Anecdotal evidence suggests that teachers in Germany actively encourage their students to take part in the battle against perceived ‘racism’, in any form it might seem to appear, yet neglect to inform properly about the fundamental freedoms the fight is supposed to protect. This is a failure of the educational efforts that urgently needs to be corrected.
Some educational initiatives, such as the OSCE booklet on “Addressing Islamophobia through Education”, operate under the tacit assumption that any problems reported that are specific to Muslims and Islam must be caused by some kind of ‘phobia’, and thus be the results of a pathological problem. This is a dangerous approach, for not only does that assume that the real-world problems are benign, it also works against those working to report on the problems.
One largely unaddressed problem is that of racist sentiment in immigrant circles against the host country. Three examples from Denmark:
Ra Ranunkel, long-term chairman of the “Integration Council” of Vollsmose, Odense, pointed out that when cars were being torched in the area, the target cars were invariably owned by ethnic Danes, and that the torching constituted a low-key ethnic cleansing against Danes in the area. An interview given to Danish television station TV2 was interrupted by immigrants stoning him and the camera crew, insisting that the “f***ing Danes” leave their territory. Confronting racism on the side of immigrants is a necessity that does not constitute ‘Islamophobia’.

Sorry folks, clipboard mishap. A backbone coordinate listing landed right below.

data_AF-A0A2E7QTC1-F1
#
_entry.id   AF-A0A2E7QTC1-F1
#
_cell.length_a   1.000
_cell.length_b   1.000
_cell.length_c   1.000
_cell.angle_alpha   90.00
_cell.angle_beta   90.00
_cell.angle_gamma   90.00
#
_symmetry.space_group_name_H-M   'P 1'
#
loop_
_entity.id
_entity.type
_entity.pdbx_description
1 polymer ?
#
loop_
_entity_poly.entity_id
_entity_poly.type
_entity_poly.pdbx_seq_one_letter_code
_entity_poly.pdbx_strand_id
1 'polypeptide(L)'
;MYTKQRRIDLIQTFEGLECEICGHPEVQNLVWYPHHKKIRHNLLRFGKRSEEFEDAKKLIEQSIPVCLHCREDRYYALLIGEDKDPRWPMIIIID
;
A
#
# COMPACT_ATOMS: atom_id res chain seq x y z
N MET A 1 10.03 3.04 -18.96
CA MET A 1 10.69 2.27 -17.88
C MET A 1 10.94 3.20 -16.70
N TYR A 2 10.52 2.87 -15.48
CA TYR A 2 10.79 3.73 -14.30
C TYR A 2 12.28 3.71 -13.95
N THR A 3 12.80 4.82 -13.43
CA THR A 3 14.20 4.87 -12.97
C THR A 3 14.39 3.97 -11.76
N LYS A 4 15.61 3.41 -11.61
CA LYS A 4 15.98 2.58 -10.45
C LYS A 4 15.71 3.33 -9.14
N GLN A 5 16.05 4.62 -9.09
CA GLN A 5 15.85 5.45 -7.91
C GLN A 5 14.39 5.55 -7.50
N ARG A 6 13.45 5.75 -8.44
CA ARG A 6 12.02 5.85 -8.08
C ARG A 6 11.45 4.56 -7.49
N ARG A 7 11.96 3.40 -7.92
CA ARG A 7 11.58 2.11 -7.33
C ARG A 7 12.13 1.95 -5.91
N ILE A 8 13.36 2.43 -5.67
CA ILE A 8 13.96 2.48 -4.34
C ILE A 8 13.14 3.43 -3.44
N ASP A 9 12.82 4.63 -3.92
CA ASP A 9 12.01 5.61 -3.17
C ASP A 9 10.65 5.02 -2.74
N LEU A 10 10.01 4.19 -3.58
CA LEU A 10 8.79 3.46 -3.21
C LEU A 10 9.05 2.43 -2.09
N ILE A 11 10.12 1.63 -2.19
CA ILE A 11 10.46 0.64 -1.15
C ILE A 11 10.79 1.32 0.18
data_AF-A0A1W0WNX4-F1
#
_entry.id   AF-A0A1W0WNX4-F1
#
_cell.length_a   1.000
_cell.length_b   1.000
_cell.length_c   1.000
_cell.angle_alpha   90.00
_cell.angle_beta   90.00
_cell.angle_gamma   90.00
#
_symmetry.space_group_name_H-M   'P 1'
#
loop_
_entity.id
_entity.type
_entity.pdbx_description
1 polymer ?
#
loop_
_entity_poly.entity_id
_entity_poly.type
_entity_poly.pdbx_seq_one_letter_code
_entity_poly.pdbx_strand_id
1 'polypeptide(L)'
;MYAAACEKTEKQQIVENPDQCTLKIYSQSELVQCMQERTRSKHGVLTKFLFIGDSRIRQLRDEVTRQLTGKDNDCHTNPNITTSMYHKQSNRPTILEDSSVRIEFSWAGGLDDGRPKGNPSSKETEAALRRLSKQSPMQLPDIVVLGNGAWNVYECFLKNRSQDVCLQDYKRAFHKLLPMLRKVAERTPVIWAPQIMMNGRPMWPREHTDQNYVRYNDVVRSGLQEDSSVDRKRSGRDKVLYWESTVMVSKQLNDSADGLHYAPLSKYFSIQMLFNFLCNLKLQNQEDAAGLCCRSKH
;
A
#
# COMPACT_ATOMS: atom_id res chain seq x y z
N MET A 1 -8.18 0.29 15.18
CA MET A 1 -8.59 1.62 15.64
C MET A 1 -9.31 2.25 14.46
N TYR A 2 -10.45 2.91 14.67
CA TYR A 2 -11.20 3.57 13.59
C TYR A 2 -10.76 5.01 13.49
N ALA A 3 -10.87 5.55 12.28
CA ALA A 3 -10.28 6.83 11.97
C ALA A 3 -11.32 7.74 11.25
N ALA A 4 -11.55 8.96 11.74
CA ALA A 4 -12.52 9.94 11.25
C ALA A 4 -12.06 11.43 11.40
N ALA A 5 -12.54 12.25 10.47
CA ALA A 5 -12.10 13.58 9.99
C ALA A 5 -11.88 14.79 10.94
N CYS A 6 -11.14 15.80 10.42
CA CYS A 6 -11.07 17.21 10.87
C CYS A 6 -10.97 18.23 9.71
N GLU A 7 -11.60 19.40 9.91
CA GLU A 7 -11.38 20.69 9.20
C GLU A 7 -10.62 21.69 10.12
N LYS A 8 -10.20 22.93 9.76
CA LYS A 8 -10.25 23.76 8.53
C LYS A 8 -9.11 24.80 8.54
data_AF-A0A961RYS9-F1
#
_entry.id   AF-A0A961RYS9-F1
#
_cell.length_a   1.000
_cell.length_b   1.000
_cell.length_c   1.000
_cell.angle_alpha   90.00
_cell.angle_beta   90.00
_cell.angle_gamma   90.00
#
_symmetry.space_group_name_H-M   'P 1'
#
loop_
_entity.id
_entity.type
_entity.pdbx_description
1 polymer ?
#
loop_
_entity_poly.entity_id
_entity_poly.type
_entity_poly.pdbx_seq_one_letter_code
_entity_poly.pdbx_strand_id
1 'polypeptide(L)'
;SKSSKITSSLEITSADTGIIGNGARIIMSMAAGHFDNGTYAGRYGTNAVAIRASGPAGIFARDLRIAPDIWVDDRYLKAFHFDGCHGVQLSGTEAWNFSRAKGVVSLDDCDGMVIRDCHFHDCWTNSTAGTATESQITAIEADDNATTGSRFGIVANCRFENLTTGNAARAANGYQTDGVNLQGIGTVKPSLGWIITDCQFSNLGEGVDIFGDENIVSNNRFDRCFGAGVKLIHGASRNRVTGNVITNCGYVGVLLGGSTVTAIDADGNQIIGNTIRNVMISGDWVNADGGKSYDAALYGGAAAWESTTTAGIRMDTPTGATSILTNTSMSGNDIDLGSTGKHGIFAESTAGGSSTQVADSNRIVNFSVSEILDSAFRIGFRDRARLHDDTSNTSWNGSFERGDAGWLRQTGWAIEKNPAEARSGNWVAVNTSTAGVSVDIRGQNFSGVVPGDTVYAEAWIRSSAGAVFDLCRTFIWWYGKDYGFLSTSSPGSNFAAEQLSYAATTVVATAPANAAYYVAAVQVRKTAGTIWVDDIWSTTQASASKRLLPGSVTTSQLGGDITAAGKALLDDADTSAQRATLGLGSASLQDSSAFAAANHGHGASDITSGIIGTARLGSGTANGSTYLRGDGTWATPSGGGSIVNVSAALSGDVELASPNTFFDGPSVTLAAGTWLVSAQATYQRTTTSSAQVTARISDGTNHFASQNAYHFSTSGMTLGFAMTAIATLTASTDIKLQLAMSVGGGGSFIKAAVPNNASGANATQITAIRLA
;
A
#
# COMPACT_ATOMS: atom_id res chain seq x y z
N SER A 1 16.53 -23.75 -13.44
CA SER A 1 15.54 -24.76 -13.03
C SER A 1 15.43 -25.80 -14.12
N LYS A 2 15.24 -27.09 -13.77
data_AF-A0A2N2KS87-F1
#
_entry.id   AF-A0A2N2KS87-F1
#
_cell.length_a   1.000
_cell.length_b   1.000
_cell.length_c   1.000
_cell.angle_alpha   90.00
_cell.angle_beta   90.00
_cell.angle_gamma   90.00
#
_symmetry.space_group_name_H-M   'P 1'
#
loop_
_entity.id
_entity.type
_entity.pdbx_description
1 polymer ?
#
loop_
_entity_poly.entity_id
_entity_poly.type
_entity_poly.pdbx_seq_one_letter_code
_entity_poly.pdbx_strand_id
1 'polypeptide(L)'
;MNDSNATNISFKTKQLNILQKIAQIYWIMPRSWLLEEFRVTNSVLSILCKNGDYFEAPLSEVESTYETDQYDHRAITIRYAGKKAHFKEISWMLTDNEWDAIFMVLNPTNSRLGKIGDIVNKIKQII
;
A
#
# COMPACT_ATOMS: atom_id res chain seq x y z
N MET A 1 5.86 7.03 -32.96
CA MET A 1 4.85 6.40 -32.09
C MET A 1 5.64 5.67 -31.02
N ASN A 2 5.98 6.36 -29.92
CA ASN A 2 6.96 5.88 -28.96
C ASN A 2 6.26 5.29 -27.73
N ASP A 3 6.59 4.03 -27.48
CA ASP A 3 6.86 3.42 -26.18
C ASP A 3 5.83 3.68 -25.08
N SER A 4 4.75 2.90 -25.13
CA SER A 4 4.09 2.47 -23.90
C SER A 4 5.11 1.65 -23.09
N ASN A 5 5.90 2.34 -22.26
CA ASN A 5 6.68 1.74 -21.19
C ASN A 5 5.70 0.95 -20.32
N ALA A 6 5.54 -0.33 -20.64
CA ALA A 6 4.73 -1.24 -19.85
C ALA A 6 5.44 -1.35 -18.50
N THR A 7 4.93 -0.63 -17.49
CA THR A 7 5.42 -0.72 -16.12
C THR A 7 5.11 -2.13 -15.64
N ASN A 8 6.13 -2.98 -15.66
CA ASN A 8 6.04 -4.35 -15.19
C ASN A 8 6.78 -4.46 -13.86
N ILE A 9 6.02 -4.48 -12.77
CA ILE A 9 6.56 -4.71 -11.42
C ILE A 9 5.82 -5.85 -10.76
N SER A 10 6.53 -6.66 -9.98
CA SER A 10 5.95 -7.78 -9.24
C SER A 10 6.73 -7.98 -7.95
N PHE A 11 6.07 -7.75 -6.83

Dan Ritto, former vice chairman of the “Multicultural Society” in Gellerupparken, Denmark, now warns against the area moving ever further from Danish law, effectively turning the area into a Sharia-controlled zone. He reports candidly what he learned from Muslims in the area about their intentions, about the supremacy of Islam and the unique qualities of Sharia law. Confronting attempts to evade Constitutional law is a necessity that does not constitute ‘Islamophobia’.
Nicolai Sennels, a Danish psychologist, has extensive experience with the particular problems of criminal Muslims and authored a book on the subject. He had been working for two years in an secure institution for heavy criminals, where he noticed that a disproportionate number of inmates were Muslims, and set out to investigate the reason for this. When he mentioned that there could be cultural reasons for this, he was pressed to leave his job at the municipality.
It is the opinion of ICLA that the primary causes for anti-immigrant or anti-Muslim sentiment remains the failure of relevant authorities to tackle real-world problems. No educational initiatives aimed at countering ‘Islamophobia’ rather than real world problems will have the desired effect. They might even lead to loss of confidence in our authorities and increase anti-immigrant sentiment.
ICLA therefore recommends:
- That governments of participating states take effort to ensure that education about racism takes place in the context of ensuring fundamental freedoms for all citizens.
- That overly broad legislation be amended to ensure that speaking the documentable truth can never be punishable under the law, even if deemed insulting to some groups.
- That educational initiatives be complemented by concerted efforts against any kind of political violence, against the deplorable phenomenon of racist attitudes among immigrants, and against crime in general, in order to prevent anti-immigrant sentiment from arising.
- In particular that governments criminalize the introduction and practice of unconstitutional law, not least because such laws are often incompatible with fundamental freedoms.
- Finally, a working group could well be established to review the educational initiatives for unintended side effects causing material harm to our fundamental freedoms.
Previous posts about the OSCE and the Counterjihad: